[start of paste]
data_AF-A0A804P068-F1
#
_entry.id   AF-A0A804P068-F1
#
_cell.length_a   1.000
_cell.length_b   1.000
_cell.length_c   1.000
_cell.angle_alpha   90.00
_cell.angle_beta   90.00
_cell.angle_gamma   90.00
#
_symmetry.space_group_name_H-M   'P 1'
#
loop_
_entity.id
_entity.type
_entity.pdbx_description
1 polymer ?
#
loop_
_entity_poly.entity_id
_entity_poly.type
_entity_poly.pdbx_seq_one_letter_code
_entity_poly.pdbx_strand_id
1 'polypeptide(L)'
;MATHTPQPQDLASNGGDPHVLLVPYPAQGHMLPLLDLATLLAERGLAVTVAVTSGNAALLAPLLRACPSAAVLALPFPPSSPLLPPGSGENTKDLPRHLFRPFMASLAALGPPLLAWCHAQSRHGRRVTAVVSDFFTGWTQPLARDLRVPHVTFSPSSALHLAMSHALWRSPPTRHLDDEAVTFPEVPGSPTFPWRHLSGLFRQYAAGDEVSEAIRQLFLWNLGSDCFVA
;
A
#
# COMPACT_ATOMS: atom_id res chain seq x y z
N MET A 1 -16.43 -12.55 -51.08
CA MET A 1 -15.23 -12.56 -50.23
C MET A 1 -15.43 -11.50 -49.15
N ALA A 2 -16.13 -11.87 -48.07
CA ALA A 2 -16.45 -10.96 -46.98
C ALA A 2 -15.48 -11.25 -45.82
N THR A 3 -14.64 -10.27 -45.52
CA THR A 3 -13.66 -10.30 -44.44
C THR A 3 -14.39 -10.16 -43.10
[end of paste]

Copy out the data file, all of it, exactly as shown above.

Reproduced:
data_AF-A0A804P068-F1
#
_entry.id   AF-A0A804P068-F1
#
_cell.length_a   1.000
_cell.length_b   1.000
_cell.length_c   1.000
_cell.angle_alpha   90.00
_cell.angle_beta   90.00
_cell.angle_gamma   90.00
#
_symmetry.space_group_name_H-M   'P 1'
#
loop_
_entity.id
_entity.type
_entity.pdbx_description
1 polymer ?
#
loop_
_entity_poly.entity_id
_entity_poly.type
_entity_poly.pdbx_seq_one_letter_code
_entity_poly.pdbx_strand_id
1 'polypeptide(L)'
;MATHTPQPQDLASNGGDPHVLLVPYPAQGHMLPLLDLATLLAERGLAVTVAVTSGNAALLAPLLRACPSAAVLALPFPPSSPLLPPGSGENTKDLPRHLFRPFMASLAALGPPLLAWCHAQSRHGRRVTAVVSDFFTGWTQPLARDLRVPHVTFSPSSALHLAMSHALWRSPPTRHLDDEAVTFPEVPGSPTFPWRHLSGLFRQYAAGDEVSEAIRQLFLWNLGSDCFVA
;
A
#
# COMPACT_ATOMS: atom_id res chain seq x y z
N MET A 1 -16.43 -12.55 -51.08
CA MET A 1 -15.23 -12.56 -50.23
C MET A 1 -15.43 -11.50 -49.15
N ALA A 2 -16.13 -11.87 -48.07
CA ALA A 2 -16.45 -10.96 -46.98
C ALA A 2 -15.48 -11.25 -45.82
N THR A 3 -14.64 -10.27 -45.52
CA THR A 3 -13.66 -10.30 -44.44
C THR A 3 -14.39 -10.16 -43.10